Ev Corwin chuckled as he recounted the memory. It was the first Greenport junior varsity boys basketball team he coached back in the 1997-98 season. At the time, he may have thought to himself. “What’s so tough about this coaching business?”
As Corwin recalled, “I had a stacked JV team and I remember I went undefeated in the regular season and even the non-league games and I said to myself, ‘This is easy.’ ”
That JV team posted an 18-0 record. Corwin, undoubtedly, was feeling good about things.
“I look back and knowing what I know now, I’m sure that I was pretty full of myself at the time by my coaching expertise,” he said. “Probably four of my five starters would have probably been top players on a lot of varsity teams in our league that year.”
All these years later, Corwin has a better understanding of things. He knows teams with good players are going to win their share of games and some of the best coaching can be done during losses. “You’re going to win and you’re going to lose,” he said. “It’s just the way it goes.”
He also knows something else: It’s time for him to call it quits. At least for now.
A rarity will occur later this year when Greenport will hire only its third varsity boys basketball head coach in 43 years. That’s right, 43 years!
Corwin, 49, in an interview with The Suffolk Times on Thursday, disclosed that he will not return as the Porters’ coach next season. He indicated it’s time for a younger coach — referring to assistant coaches Justin Moore and Ryan Creighton — to take over the reins while he focuses on his health and spends more time with his family.
“I just felt like I have to work on my health a little bit more, and the fact that I just think it’s their time because it’s going to be a major reset after this year’s team, with the seniors we had on it,” Corwin said. “It’s going to be a young team and I just think that they have the energy and they’re raring to go, and I think that it’s just a perfect time to let them step in and have a chance at it.”
Corwin’s departure will end the former Greenport player’s 26-year association with the program as a coach — one season at the junior high school level before taking over the JV team and then succeeding Al Edwards as the varsity coach. In his nine season in charge of the varsity Porters, Corwin has compiled a 91-63 record and been named a league coach of the year three times. His teams have reached two state Class C semifinals, won three straight league championships and went 2-3 in county finals.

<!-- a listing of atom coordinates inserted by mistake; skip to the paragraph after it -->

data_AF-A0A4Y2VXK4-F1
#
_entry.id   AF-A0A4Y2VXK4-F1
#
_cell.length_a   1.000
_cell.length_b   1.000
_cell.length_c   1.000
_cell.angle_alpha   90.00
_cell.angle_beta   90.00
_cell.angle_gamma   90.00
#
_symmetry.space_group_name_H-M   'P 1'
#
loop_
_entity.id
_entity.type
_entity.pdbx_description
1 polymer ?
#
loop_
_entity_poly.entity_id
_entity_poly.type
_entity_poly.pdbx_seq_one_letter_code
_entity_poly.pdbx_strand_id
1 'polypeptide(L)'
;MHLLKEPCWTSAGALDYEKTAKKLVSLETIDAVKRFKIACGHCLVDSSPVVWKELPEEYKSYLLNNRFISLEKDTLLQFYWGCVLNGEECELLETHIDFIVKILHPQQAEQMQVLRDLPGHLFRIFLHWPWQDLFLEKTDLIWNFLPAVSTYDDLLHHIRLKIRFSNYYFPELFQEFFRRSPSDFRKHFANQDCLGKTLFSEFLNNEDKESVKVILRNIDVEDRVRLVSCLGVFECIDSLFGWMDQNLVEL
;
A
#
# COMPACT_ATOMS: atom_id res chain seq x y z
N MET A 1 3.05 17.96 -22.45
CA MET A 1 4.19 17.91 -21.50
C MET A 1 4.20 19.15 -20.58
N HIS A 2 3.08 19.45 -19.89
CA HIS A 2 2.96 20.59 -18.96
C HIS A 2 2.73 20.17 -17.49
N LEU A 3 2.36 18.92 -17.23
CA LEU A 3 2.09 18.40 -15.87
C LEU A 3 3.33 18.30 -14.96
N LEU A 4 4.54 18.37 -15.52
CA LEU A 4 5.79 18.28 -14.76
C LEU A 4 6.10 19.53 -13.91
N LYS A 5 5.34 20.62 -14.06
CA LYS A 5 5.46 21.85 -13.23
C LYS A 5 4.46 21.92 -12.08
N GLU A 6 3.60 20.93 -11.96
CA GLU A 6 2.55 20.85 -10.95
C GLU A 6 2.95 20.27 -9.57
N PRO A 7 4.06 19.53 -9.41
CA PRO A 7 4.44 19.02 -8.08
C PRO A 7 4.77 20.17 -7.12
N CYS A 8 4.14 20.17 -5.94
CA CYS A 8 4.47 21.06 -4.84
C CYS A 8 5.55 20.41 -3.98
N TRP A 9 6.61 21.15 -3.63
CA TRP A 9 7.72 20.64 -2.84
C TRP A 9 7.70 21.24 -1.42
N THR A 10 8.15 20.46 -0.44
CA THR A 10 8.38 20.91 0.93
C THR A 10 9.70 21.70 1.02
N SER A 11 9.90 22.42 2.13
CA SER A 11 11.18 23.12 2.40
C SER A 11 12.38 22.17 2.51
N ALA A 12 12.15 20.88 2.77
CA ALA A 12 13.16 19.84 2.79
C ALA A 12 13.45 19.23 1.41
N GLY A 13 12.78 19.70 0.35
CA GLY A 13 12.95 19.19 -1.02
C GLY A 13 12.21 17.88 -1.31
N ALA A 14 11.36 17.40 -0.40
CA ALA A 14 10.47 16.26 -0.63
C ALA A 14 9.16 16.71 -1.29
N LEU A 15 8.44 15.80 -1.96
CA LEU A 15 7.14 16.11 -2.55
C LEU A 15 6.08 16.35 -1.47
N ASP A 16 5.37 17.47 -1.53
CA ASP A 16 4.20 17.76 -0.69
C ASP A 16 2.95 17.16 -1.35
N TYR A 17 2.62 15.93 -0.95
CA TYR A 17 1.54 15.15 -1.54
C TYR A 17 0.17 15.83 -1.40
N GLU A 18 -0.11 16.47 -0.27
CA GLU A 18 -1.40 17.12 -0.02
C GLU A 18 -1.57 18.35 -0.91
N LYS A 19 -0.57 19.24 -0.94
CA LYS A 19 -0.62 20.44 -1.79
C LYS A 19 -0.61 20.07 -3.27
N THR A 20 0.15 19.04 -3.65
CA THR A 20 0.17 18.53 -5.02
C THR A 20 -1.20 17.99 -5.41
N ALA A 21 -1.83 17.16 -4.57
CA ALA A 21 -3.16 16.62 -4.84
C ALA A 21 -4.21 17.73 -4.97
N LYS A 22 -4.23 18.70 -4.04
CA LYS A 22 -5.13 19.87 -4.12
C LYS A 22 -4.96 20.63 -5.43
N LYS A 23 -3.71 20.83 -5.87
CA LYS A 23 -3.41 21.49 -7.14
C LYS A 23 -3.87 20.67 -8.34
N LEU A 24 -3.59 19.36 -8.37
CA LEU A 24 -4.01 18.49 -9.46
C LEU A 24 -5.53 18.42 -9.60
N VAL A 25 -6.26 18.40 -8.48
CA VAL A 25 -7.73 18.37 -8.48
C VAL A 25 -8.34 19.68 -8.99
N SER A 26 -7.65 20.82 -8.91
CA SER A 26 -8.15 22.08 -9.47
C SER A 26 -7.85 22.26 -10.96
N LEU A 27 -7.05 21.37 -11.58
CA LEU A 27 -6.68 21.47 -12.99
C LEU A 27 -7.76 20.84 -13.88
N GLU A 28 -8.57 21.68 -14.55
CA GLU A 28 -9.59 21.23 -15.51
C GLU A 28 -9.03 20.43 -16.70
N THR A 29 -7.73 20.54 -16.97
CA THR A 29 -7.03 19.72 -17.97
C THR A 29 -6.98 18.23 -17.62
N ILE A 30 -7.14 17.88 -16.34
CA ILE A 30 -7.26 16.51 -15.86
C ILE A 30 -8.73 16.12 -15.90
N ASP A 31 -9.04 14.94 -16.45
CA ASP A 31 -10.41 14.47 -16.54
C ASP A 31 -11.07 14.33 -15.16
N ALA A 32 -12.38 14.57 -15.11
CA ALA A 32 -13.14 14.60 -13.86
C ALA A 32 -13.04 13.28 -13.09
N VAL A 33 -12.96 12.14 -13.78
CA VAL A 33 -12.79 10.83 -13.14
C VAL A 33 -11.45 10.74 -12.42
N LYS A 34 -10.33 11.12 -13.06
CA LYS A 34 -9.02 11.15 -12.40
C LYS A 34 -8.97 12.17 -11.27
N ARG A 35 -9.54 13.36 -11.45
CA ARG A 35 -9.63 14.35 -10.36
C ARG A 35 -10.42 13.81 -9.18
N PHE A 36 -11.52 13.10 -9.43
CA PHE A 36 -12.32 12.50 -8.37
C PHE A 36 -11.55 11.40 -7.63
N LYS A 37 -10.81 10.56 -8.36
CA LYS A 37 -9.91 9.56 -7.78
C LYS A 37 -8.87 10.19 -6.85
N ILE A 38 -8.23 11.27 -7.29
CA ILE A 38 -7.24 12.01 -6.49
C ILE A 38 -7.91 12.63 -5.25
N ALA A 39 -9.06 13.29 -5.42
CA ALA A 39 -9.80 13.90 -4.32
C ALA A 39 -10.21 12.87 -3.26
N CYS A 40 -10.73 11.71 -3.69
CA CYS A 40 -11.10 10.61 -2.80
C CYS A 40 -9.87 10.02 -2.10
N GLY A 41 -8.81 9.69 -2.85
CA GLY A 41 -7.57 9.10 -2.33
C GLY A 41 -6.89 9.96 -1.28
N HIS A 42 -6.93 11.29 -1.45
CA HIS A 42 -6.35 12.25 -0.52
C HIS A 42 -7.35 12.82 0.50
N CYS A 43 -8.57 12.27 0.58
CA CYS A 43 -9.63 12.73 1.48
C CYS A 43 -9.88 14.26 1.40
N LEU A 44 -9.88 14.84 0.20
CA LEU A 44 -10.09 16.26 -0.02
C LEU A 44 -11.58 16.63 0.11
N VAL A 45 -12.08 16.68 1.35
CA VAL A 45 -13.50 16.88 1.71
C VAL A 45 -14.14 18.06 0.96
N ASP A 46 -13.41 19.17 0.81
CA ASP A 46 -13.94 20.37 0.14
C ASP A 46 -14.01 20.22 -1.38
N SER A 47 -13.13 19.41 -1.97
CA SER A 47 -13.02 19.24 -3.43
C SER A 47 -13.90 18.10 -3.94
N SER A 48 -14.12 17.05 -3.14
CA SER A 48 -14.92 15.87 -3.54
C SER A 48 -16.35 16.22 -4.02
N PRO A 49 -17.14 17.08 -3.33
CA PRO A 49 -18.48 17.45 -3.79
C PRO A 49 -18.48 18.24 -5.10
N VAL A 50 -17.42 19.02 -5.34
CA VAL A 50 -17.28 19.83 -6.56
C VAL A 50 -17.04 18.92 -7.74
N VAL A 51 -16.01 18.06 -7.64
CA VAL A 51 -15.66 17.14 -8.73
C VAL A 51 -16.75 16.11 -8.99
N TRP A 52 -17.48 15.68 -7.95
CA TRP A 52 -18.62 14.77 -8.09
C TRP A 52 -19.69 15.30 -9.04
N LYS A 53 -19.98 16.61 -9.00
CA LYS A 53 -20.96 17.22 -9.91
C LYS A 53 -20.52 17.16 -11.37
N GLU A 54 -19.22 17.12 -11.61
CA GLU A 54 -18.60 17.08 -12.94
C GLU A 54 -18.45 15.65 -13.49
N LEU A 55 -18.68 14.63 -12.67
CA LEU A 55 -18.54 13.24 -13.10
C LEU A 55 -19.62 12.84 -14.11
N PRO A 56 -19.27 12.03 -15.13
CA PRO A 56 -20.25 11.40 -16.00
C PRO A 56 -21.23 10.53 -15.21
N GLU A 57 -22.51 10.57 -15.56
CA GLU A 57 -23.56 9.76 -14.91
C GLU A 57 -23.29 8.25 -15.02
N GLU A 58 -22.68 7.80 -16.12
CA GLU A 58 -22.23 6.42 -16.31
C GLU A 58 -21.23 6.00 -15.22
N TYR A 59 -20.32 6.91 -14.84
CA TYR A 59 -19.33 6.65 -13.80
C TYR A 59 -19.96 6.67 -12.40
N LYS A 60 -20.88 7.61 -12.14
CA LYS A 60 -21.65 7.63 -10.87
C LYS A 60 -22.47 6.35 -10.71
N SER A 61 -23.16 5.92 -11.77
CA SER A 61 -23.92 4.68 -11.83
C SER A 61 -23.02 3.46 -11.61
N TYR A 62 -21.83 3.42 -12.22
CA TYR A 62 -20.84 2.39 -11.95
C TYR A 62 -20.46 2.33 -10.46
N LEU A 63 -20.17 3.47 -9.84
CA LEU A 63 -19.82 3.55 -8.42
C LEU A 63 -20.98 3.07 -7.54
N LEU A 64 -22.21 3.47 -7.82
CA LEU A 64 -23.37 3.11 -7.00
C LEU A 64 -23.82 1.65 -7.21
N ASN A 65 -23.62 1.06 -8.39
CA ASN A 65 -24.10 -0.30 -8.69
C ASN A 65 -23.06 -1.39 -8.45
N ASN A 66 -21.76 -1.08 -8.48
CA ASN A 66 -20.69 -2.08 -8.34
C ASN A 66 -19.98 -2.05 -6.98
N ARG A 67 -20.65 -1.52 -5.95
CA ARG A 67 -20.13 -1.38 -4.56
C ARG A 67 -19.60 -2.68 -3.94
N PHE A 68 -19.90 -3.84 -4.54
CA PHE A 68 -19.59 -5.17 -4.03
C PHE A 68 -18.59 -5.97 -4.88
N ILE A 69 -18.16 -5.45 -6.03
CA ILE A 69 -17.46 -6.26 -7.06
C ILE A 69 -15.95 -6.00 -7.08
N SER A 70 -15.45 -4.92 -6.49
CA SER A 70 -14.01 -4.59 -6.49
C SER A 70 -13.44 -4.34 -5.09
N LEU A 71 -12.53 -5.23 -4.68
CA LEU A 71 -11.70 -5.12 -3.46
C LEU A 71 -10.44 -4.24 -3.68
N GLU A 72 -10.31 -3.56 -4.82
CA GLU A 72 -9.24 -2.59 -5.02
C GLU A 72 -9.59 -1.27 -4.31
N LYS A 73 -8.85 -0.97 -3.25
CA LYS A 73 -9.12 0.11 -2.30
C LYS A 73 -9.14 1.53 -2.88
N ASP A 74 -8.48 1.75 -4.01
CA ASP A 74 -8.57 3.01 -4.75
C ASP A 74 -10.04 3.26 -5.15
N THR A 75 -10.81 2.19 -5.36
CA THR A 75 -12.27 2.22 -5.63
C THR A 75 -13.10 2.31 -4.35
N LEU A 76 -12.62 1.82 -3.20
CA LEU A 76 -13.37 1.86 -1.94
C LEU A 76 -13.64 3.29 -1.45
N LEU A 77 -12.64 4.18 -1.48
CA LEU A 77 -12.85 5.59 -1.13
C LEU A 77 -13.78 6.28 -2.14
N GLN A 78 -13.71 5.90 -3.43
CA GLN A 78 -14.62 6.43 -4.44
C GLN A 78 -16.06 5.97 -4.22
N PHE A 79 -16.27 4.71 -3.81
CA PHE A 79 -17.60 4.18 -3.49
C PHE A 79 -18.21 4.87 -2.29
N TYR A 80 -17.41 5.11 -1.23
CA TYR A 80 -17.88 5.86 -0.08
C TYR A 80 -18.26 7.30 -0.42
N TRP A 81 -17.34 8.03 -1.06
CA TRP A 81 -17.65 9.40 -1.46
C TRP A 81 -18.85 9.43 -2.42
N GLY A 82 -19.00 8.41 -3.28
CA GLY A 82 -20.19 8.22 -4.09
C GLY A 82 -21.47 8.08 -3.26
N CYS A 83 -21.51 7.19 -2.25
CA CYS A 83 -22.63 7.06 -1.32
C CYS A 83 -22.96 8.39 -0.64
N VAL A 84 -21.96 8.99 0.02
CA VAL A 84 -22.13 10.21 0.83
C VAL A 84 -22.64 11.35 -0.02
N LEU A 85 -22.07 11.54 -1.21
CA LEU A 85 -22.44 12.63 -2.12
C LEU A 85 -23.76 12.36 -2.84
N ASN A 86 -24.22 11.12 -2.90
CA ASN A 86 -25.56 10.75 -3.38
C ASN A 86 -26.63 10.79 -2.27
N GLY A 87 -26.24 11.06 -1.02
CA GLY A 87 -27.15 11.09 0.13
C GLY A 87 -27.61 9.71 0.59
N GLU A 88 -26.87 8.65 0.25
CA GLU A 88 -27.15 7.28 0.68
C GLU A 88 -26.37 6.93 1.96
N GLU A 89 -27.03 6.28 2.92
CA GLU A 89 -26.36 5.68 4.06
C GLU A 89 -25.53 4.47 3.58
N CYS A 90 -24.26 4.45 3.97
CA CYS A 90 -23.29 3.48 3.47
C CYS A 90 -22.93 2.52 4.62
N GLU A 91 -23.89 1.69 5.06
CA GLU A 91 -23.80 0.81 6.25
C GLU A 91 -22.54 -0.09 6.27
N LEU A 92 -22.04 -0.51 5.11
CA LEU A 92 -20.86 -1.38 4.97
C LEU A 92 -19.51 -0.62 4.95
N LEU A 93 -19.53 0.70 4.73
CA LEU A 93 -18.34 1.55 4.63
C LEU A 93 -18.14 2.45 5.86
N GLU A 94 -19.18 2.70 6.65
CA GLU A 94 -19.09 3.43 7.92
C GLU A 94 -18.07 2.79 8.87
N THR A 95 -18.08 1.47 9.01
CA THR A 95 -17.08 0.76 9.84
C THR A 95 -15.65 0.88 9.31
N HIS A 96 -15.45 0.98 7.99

In 2018 and 2019, Greenport fell two wins shy of what would have been its first state title. The Porters fell short to Cooperstown in the 2019 semifinal, 108-98, in a triple-overtime thriller that set a state tournament record for the most combined points in a game.
Corwin’s impact transcended the basketball court, though.
“Not only were they excelling on the court. obviously, in going to the final four in those back-to-back years, but they were just really gentlemen off the court as well, and that’s something that was very noticeable early on, and it’s something that you see with all these athletes,” Greenport athletic director Brian Toussaint said. “They see you in the halls, they shake your hand. They ask you how your day was. They’re very polite. They’re holding doors open. You see Ev’s handiwork, not just on the court, but off the court, too. He’s a real class act.”
Greenport went 14-8 this season, falling to Pierson in the Suffolk Class C final. It was the final high school game for seven Greenport seniors, including Corwin’s son, also named Ev.
Corwin returned to coaching after suffering a stroke in March, 2020, that had paralyzed the right side of his body.
“I knew the doctors weren’t happy with me coaching,” he said. “Last year was six games and it wasn’t even a real season, but I wanted to make sure I got done with this season with my son and his friends and then I’ll pass the baton.”
Toussaint said Moore and Creighton are candidates for the position, which is expected to be filled in the fall.
By stepping away from the team, Corwin will have more opportunities to attend games involving his daughter, Lilly, a sophomore who plays volleyball, basketball and softball. But Corwin noted that he isn’t leaving coaching for good.
“I’m not done by any means, though,” he said. “I’m never gonna be done coaching.”
Corwin said he cherishes the lifelong relationships he has built with players over the years. He also spoke about how his perception of things changed in his time as a coach.
“As the years went on, I enjoyed it more, I think,” he said. “I had real thin skin when I first started and I’m not saying that I don’t now, but you have to learn to understand that it’s part of the deal being a coach in any sport at any level, that you’re always going to get questioned. You’re always going to get too much of the credit when you win, and maybe too much of the blame when you lose, but once you understand that it comes with it, you just kind of understand that it’s you and your team, and that’s all that really matters. For me it took a while to learn, though.”
Corwin, a former Porters ballboy who went on to play for Edwards, the Suffolk County Sports and Greenport High School Hall of Fame coach he later succeeded, had a front-row seat to a lot of Greenport basketball history. He saw some of the program’s greatest players like Gerald Crenshaw, Ryan Creighton, Ahkee Anderson, Jaxan Swann and Julian Swann.
“I would not have wanted to coach anywhere else,” he said. “This community rallies around its youth and its school and its players. I loved every minute of it.”